Honoré admits this costs more money, but if this model had been followed, Hurricane Katrina wouldn't have been so devastating to New Orleans. It is especially ludicrous that experts knew what kind of devastation a hurricane could bring to New Orleans, but local officials didn't prepare for it. A great many people have suffered because of their own lack of planning, and that of their local government.

It reminds me of the difference between 'responding' and 'reacting.' What we saw with Hurricane Katrina was a 'reaction' to a disaster, instead of a 'response' - at all levels. A response is more planned, less emotional. A reaction is quick, chaotic and emotional. I prefer to respond to people and circumstances, rather than react to them. So I could relate quite well to Honoré's points in his book.

I also realized that Glen and I have some work to do to make sure that our family is prepared for disasters we might face here in the Midwest. Thanks to Honoré's clear outline in Appendix 5, we have a good starting point.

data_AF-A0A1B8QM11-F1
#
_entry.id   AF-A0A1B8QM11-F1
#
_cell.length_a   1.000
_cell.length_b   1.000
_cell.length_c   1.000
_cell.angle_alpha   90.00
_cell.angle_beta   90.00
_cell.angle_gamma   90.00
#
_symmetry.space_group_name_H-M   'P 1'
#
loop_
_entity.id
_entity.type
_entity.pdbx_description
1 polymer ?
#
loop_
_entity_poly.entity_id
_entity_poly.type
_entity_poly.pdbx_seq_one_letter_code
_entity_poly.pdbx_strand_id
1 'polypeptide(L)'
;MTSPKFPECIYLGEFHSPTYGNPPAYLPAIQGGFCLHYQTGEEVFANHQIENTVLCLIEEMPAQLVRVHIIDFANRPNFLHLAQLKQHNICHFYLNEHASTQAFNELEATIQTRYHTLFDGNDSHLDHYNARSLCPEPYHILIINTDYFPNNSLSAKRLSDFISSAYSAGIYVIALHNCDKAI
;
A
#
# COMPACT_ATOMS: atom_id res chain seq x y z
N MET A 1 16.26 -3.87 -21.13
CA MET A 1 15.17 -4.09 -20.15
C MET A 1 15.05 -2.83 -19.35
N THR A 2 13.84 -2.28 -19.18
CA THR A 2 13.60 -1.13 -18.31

Tuesday, November 03, 2009

Fall Days

We are serious about reading at our house!


Our neighborhood is not the best for trick-or-treating. Not many kids and the neighbors are far apart. For this reason, and a few others, we choose to take homemade treats to our immediate neighbors at Halloween. The children dress up in whatever costumes they can find around the house, and we go to four houses, carrying our cupcakes. They still get lots of candy from those four houses - and then we all go to Chuck E. Cheese for our annual outing there.

Isaac as a 'sheriff', Lydia as Mulan, Anna as Little Bo Peep, and Nathaniel - um, as himself.


This week, the older two have gotten into making "Homework Forts" in the living room during school.
They crawl in them and work on their school work while I read to the younger two.
Sometimes, I read to the younger two as they 'hide' in the forts with their siblings.
Today, I read to the older two while they 'hid' in their forts.

I love teaching my kids at home!